The Beginners’ Guide To 3D Modelling
Whether you watch movies, ads, play video games, or even if you look at digital art, increasingly a lot of the material you can see is made using a computer.
3D modelling is at the centre stage of all the computer graphics videos and still pictures that we see everywhere, and you might have been tempted to try it out for yourself. But the field of CGI is very vast, so here we will focus on the basic aspects that you need to know about if you want to get started. We’ll see what a beginner needs to start with 3D modelling.
Before we talk about modelling software, it’s important to understand the various stages usually involved in creating the results that we see on the screen, whether that’s in interactive video games, or in theatres. Everything starts with 3D models, also called meshes. These are 3D representations of objects, whether they be a car, building, or a person, that you create using basic shapes like cubes and spheres, or lines and curves. Once you create these models, there are still quite a few stages that you will eventually need to learn if you want a finished result. You will need to go through a process called UV mapping, which prepares the model for texturing, then you need to texture your model like adding bricks on the side of a house mesh, or skin on the side of a human mesh. Finally, you will need to go through a process of compositing, which integrates the resulting 3D scene into your image or videos, with live actors and so on.
Before we go through all of these processes however, let’s start at the beginning. What do you need in order to create your own meshes? First, you need a computer. The main specifications you should look at for a modelling computer is memory and processor power. Then, you need a modelling software. There are dozens out there, so we’ll cover four options. If you just want to experiment and get a good feel as to what modelling is like, consider trying the free Google Sketchup. It’s the simplest option, and is very easy to learn. However, it is very basic and only provides you with limited features. If you want a middle of the road option, something not too expensive but that will allow you to try the full breadth of 3D modeling, you can try Carrara from DAZ3D which costs less than $200.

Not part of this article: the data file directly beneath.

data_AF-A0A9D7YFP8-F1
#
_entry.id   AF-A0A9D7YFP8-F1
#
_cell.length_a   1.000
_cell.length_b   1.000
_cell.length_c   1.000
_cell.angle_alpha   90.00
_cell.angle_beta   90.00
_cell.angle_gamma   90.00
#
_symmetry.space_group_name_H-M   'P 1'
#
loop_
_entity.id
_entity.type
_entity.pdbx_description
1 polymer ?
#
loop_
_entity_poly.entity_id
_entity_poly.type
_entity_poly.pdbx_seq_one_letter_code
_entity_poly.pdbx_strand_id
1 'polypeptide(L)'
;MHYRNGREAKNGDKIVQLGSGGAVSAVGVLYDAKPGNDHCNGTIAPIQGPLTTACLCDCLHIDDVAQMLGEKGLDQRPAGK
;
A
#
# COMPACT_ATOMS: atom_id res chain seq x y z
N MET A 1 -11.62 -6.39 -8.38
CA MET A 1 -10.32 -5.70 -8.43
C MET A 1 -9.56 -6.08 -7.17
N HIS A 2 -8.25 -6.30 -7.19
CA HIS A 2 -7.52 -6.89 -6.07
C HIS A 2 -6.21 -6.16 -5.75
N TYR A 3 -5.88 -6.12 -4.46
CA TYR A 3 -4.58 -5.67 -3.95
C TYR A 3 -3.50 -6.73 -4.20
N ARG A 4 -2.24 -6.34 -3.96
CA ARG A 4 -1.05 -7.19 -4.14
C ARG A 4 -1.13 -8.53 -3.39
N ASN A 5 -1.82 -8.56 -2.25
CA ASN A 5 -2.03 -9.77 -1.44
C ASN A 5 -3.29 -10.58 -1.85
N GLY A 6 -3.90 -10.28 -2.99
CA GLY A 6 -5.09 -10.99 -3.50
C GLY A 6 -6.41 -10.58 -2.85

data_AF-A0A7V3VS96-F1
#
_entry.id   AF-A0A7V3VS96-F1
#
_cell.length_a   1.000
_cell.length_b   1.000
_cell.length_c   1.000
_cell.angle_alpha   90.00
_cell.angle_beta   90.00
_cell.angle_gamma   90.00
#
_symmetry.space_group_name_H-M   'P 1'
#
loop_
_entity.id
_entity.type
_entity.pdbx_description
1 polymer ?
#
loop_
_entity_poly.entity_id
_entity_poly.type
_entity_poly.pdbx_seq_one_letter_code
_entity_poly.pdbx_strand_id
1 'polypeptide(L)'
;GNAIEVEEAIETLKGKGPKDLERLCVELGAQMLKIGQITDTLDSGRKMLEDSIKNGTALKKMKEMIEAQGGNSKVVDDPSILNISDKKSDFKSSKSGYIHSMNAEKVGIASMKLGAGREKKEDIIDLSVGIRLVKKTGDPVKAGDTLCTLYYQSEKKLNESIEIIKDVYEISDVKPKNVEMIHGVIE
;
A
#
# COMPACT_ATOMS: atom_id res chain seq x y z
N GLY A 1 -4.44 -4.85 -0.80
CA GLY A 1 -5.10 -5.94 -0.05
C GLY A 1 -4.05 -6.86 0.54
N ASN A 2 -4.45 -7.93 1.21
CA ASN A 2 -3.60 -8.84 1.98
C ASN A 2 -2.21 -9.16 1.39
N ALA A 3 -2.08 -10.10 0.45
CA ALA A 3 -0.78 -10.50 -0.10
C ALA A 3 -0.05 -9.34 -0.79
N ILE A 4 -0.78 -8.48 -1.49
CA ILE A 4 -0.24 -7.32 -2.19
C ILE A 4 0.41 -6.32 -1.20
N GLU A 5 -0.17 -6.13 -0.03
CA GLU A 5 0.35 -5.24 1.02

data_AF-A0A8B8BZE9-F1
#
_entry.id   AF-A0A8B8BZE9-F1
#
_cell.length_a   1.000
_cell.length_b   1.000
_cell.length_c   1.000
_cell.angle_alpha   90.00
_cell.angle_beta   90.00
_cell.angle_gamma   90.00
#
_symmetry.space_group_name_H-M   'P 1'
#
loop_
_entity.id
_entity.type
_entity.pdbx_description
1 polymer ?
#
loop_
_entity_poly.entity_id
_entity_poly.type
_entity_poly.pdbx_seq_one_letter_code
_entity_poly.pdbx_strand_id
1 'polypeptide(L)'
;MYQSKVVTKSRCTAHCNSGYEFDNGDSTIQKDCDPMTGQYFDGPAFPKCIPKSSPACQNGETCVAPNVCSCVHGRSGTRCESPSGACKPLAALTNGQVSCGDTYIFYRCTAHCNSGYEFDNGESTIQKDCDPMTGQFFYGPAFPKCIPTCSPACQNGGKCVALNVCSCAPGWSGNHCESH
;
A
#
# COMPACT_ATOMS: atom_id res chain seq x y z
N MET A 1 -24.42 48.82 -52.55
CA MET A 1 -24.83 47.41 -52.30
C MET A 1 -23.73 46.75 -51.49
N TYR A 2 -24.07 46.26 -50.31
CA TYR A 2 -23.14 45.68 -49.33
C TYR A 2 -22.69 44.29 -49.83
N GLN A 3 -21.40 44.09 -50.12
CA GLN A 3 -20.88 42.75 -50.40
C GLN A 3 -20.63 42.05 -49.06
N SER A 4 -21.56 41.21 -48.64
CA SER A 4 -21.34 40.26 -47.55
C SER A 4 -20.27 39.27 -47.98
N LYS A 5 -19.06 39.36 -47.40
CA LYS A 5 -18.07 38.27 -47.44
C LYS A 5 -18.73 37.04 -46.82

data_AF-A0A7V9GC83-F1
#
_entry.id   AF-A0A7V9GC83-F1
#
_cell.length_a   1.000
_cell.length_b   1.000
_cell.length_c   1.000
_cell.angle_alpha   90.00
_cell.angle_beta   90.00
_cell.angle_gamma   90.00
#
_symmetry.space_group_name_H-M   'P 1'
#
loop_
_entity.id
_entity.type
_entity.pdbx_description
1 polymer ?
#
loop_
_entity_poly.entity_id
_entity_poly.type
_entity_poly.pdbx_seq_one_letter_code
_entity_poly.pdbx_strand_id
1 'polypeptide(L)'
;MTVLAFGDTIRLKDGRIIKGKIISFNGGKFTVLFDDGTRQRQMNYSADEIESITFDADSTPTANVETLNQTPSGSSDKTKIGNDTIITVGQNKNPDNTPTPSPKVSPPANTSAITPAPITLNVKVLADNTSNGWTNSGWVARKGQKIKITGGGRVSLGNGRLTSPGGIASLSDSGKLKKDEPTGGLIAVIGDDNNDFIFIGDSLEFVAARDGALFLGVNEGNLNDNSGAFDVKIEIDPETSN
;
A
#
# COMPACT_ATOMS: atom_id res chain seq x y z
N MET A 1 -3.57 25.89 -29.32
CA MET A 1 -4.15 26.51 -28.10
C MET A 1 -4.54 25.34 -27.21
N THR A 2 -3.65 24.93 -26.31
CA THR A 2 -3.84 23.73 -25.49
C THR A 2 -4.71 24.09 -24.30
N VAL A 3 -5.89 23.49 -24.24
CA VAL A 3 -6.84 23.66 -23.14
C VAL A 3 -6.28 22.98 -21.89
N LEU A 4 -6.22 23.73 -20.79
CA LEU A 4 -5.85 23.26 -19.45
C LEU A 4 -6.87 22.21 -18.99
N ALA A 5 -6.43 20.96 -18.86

If your goal is to go pro and join a studio, then you should try either Maya or 3DS MAX, both from Autodesk, and both providing professional features. These options cost thousands of dollars, but these are what people use to create Hollywood movies. Finally, a more recent type of 3D modelling that has started to become very popular is sculpting, where instead of creating your models using shapes and lines, you sculpt them like clay. For that, the best option is ZBrush. Regardless of the choice you pick however, keep in mind that the learning curve will be steep. Try to find video tutorials and take it one step at a time. If you learn the software and techniques needed to create 3D models, you will soon be making all sorts of objects in no time.
Now that you know what is involved in creating those spectacular scenes that we see in movies and video games, and that you have an idea of which software programs are out there, let’s go through some of the basic techniques in actually creating your first 3D model. When you initially open any of the modelling software available out there, the first view you get can be quite daunting. But do not worry, we will go through some of the main interface components you need to know about, and how you can make your own models.
Regardless of the application you picked, they all work in more or less the same way. In the center of your screen you have the viewport. That’s your main work area. Depending on your preferences and how your software is setup, typically you will either have a single viewport, or several. In 3D, you obviously have three dimensions: How wide the object is, also called the X coordinate, how deep the object is, referred to as Y, and how tall it is, using the coordinate Z. In order to view these three dimensions on a computer screen, you have two options. First, you can have multiple views from the top, the side and the front. These are called octogonal viewports. Or, you can have a perspective viewport, which shows you all three dimensions at once, allowing you to move around in 3D space. Most people select a configuration with four viewports: The three octogonal ones, and a perspective view.
Once you’re familiar with your viewports, and you learned the mouse and keyboard options to pan, zoom and rotate in those views, you can start learning what the various toolbars do. The easiest way to build a model is using basic shapes. All applications have several shapes available to you on the toolbars. Simply click on them and drag them around a viewport to create your first object. Now unless you’re trying to do a round planet or a square box, you’re going to want these shapes to interact with each others in order to create more complex shapes. There are many ways to do that. The easiest way is using boolean operations. These are additions and subtractions you can do in 3D space. For example, place a sphere in your viewport, then add a cube intersecting that sphere. By doing a subtraction, you can remove the area where both shapes touched.
As you can see, 3D modeling involves a lot of technique, and what we covered here is barely the tip of the iceberg. To truly make complex shapes you will need to learn about curves, modifiers, and eventually you may want to texture your models, animate them, add physics, lighting, rendering and so on. But hopefully, by playing with your selected modeling software, referring to its user manual, and perhaps using some video tutorials, you can start building meshes in no time.
Written by Dendory – sample work link.
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